NFU Scotland has voiced concerns over Part 3 of the Forestry and Land Management Bill which will allow Ministers to compulsory purchase land to "further the achievement of sustainable development".

In its written evidence to the Scottish Parliament's Rural Economy and Connectivity (REC) Committee yesterday, the Union highlighted that many NFUS members who have had land acquired by compulsory purchase as part of the Aberdeen Western Peripheral Route project had reported issues with compensation payments and the behaviour of contractors. Several NFUS members have also reported problems with the District Valuer handling their case. These include bad experiences in negotiations over value for land taken, a lack of constructive dialogue, and extremely slow processing of queries.

NFUS is sceptical that two of the fundamental principles of valuations for compulsory purchase - that the seller and purchaser are both "willing" and that the seller is "no better or worse off" - are being consistently and rigorously applied.

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Commenting after giving evidence to the REC committee, the Union's Deputy Director of Policy Andrew Bauer said: "The Scottish Law Commission (SLC) recently concluded that Scottish compulsory legislation is not fit for purpose, and we would agree with that.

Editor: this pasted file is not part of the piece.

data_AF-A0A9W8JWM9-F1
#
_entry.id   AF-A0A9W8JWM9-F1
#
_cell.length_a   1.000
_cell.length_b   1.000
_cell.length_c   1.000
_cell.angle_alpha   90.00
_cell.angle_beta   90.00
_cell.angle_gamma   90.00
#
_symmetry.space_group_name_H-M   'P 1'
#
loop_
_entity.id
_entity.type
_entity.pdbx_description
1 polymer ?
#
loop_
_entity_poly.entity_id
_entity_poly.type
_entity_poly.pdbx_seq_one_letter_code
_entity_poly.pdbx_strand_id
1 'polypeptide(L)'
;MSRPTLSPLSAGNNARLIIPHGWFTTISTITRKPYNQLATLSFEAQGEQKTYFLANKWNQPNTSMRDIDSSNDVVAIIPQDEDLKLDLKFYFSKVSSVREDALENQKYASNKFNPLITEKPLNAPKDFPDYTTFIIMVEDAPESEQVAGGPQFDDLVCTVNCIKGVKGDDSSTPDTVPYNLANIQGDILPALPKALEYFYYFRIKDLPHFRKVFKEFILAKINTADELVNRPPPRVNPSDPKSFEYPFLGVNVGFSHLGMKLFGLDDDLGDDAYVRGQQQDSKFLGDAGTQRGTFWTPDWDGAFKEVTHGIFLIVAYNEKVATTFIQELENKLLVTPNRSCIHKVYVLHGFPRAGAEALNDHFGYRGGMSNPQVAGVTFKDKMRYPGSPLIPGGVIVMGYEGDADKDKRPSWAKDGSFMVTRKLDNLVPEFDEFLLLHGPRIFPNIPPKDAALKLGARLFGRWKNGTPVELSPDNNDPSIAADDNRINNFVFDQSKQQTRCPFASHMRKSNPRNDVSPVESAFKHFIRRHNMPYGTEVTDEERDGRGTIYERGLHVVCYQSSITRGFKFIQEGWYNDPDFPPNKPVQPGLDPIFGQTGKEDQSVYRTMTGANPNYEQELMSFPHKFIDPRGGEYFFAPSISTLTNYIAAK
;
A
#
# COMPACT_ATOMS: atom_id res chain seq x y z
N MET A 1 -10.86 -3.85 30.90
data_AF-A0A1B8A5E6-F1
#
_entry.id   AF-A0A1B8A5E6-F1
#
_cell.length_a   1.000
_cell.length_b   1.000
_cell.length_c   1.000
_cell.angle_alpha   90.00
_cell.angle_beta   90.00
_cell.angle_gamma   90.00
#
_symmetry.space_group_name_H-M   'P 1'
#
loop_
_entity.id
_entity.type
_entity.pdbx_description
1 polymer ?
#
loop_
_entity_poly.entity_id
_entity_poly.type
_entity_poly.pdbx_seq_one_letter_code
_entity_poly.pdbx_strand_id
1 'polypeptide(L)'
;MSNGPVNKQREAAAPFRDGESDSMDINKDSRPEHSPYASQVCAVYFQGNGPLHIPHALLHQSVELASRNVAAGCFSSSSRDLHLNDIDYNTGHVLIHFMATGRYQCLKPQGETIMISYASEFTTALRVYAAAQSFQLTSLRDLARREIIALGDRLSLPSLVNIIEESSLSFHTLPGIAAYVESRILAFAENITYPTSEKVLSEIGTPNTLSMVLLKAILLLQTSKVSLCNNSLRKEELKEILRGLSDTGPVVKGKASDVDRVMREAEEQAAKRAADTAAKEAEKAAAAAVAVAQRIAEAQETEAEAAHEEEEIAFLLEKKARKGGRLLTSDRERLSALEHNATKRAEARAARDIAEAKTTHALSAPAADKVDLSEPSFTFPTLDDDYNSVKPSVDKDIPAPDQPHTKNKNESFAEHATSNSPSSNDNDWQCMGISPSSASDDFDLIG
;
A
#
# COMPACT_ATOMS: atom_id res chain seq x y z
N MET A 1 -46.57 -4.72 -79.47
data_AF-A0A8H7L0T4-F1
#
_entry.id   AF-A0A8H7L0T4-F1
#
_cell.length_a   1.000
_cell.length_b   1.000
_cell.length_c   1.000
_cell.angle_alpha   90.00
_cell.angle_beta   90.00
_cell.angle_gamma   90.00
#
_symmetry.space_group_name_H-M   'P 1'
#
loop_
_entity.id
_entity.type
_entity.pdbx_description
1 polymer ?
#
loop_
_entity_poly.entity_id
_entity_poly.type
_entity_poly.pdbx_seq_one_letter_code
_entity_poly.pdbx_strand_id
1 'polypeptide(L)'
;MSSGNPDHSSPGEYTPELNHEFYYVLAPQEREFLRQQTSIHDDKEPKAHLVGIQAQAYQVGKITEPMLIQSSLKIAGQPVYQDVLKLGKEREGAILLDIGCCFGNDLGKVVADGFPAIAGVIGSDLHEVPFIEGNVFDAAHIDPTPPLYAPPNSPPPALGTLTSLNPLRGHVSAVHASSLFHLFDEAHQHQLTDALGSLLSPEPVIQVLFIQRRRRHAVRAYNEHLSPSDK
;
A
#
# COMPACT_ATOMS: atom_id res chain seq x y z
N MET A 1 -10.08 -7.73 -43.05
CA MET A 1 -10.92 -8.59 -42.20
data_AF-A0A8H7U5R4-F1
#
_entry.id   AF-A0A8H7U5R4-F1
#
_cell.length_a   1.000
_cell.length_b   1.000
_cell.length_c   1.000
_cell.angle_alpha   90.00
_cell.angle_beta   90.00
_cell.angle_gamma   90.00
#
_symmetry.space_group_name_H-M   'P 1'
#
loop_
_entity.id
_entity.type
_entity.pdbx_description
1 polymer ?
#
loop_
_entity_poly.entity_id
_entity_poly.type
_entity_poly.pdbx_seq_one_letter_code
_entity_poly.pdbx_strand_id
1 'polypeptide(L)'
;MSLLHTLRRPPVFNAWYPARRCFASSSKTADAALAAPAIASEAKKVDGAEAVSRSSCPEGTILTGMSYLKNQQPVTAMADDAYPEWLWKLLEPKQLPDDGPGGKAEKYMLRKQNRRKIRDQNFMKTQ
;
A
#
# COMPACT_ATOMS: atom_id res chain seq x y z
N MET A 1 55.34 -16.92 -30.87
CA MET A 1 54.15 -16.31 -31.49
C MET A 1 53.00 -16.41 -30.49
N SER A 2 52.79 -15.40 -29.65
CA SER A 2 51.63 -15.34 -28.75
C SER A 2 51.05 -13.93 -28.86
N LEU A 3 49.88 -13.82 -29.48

"We also have concerns that while the principle of "sustainable development" is a widely accepted term, it merits clarity and guidance on its application, not just in this Bill but in other pieces of legislation.

"The Law Society of Scotland (LSS) has expressed legal uncertainty over the term "sustainable development". Given the fluidity around the definition and application of the term, NFUS is justifiably concerned about a proposed expansion of existing compulsory purchase powers to include its application to "furthering the achievement of sustainable development."

Mr Bauer went on: "Compulsory purchase powers are already an option to overcome "ransom strips" to allow forestry to be managed and harvested. NFUS believes that the major expansion proposed in the Bill could potentially see them applied in a much wider range of circumstances - perhaps to allow renewable energy and tourism developments and to facilitate community ownership of land.

"At a previous REC evidence session in June, the Scottish Government's Forestry and Land Management Bill team could provide no further clarity as to how compulsory purchase "to further the achievement of sustainable development" would be used.

"By proposing to extend the already outdated compulsory purchase powers to further delivery of such a malleable concept, NFUS is concerned that the problems highlighted by SLC and LSS will be compounded rather than remedied."